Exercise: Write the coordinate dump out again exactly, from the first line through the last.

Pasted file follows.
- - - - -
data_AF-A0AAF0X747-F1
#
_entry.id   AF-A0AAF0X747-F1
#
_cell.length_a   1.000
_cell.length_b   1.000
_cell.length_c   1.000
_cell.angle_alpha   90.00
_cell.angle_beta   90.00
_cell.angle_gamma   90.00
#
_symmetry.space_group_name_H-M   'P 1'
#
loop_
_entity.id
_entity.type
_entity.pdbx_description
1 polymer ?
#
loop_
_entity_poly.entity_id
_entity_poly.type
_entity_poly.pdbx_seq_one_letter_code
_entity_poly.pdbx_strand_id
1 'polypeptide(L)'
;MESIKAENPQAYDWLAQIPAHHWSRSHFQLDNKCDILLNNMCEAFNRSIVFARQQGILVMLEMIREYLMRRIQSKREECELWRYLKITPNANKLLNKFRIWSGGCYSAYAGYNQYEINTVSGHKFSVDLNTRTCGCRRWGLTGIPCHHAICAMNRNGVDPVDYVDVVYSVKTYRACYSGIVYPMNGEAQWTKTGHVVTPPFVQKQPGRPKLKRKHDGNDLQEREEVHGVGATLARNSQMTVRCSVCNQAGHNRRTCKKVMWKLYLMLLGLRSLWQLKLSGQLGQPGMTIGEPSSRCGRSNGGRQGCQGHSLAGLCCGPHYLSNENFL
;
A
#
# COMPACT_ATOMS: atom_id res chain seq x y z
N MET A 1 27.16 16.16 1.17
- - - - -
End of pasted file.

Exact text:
data_AF-A0AAF0X747-F1
#
_entry.id   AF-A0AAF0X747-F1
#
_cell.length_a   1.000
_cell.length_b   1.000
_cell.length_c   1.000
_cell.angle_alpha   90.00
_cell.angle_beta   90.00
_cell.angle_gamma   90.00
#
_symmetry.space_group_name_H-M   'P 1'
#
loop_
_entity.id
_entity.type
_entity.pdbx_description
1 polymer ?
#
loop_
_entity_poly.entity_id
_entity_poly.type
_entity_poly.pdbx_seq_one_letter_code
_entity_poly.pdbx_strand_id
1 'polypeptide(L)'
;MESIKAENPQAYDWLAQIPAHHWSRSHFQLDNKCDILLNNMCEAFNRSIVFARQQGILVMLEMIREYLMRRIQSKREECELWRYLKITPNANKLLNKFRIWSGGCYSAYAGYNQYEINTVSGHKFSVDLNTRTCGCRRWGLTGIPCHHAICAMNRNGVDPVDYVDVVYSVKTYRACYSGIVYPMNGEAQWTKTGHVVTPPFVQKQPGRPKLKRKHDGNDLQEREEVHGVGATLARNSQMTVRCSVCNQAGHNRRTCKKVMWKLYLMLLGLRSLWQLKLSGQLGQPGMTIGEPSSRCGRSNGGRQGCQGHSLAGLCCGPHYLSNENFL
;
A
#
# COMPACT_ATOMS: atom_id res chain seq x y z
N MET A 1 27.16 16.16 1.17